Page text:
In times like these it is easy to forget how de-sensitized we all have become to violence, particularly violence done to Black and Brown bodies. Books like “I Want to Go Home Forever,” shake us out of our media headline stupor and demand that we ask ourselves what we can do to stop the pain.
“I Want to Go Home Forever,” is an edited collection of ethnographic interviews with migrants to South Africa’s Gauteng province and with the residents, activists, and leaders who receive them. Some migrants come from as near as KZN and others as far as Pakistan. What they share is a geographical space that has come to symbolize dreams of great wealth and hopes against terrible odds. Because some of the interviewers were once my fellow colleagues at the African Centre for Migration and Society at Wits, I am acutely aware of how difficult this text was to compile for those who are both scholars of migration and self-identified migrants themselves. It is also not lost on me how vulnerable the participants were in sharing their stories in such intimate detail. Few of us will ever get such a vivid picture as this of life as an undocumented person living on fringes of society in both the city where we live and the country where we’re from. This book is unique in the care taken and respect given to both sides of the page – writer and interviewee attempting to co-author new chapters in social history, considering ways to re-write happier endings, and penning new political possibilities.
The book opens with Nombuyiselo Ntlane’s heartbreaking loss. Her 14-year old son Siphiwe was killed by a Somali shopkeeper in 2015 and his death re-ignited a spate of violence against foreigners. Her words express the mourning of a mother, who not only lost a child, but who also feels that she lost her day in court. The shopkeeper plead guilty, but served no jail time. It is in the vacuous space of loss and anger, of lack of faith in the justice system and in her fellow man, that we hear from activists like Ntombi Theys in Alexandra and Lufuno Gogoro from Venda, who are trying to broker understanding, before they dare to broker peace. Readers hear about the systemic loss of land rights and ever dwindling opportunities for gainful employment that stoke animosity between South Africans and foreigners, as well as internal migrants from other regions of the country. The book offers readers an understanding of the misunderstanding, by showing how diverse and multi-dimensional questions of ownership and identity are in modern urban spaces.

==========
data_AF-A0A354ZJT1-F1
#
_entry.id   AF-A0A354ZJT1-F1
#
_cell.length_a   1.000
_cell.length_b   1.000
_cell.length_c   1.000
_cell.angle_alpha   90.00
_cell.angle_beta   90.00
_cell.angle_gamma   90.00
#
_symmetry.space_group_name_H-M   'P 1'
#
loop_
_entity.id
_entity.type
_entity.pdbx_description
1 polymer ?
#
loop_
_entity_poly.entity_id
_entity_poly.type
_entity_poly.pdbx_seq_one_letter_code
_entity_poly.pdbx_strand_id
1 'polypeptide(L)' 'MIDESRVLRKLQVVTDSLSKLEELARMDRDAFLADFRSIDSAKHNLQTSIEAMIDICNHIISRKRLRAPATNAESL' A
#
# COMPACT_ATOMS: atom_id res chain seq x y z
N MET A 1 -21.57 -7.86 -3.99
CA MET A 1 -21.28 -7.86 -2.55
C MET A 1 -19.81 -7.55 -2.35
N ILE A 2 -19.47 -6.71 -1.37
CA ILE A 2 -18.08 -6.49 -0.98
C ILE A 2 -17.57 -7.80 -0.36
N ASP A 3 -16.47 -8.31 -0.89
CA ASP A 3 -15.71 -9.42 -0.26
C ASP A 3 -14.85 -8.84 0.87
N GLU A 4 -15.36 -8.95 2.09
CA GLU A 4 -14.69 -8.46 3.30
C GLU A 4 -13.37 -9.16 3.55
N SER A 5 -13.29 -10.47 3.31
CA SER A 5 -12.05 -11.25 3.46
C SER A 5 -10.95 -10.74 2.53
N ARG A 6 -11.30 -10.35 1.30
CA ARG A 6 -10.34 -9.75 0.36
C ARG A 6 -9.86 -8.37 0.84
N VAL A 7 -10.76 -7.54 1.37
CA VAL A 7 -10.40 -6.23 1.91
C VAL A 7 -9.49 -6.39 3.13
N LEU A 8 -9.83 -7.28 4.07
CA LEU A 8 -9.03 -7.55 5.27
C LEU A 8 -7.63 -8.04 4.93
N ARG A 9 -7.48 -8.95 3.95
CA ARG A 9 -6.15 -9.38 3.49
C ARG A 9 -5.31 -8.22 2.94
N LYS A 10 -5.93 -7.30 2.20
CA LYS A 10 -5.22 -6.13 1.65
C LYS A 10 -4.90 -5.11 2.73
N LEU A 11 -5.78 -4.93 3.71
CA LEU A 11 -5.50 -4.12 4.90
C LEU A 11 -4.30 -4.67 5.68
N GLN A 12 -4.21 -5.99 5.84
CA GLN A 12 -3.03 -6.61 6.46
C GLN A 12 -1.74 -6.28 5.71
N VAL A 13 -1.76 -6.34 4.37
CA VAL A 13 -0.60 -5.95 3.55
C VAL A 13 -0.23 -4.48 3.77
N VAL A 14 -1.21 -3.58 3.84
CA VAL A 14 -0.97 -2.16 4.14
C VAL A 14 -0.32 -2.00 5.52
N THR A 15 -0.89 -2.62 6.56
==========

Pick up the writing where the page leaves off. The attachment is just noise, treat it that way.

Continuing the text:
I am sad to say that this book is a page-turner for all the wrong reasons. It is a narrative of trial and error. As much as Gauteng is poised to be a site of advancement, many people are unprepared for its realities. They are drawn into vulnerable lifestyles they never expected and they relive trauma they thought they left behind. For example, Esther Khumalo was a soccer-enthusiast born in Zimbabwe. She originally came to South Africa with her husband, but he later turned her over to a brothel to earn money for their family. We see Alphonse Nahimana who lost his entire family to the genocide in Rwanda and the refugees camps. But, it was in Johannesburg where he felt coerced by circumstance to play in the film Hotel Rwanda and to re-enact the traumas from the side of his aggressors.
Ultimately, the text is about a collection of stories that represent a series of painful choices – some given away, others stolen, many made with less than perfect information, and all with unforeseen consequences. As painful as it is, this is a book appropriate for a time like this, when we must all take stock of the accumulation of our own personal choices and decide if, as individuals and as communities, we are on the right side of history.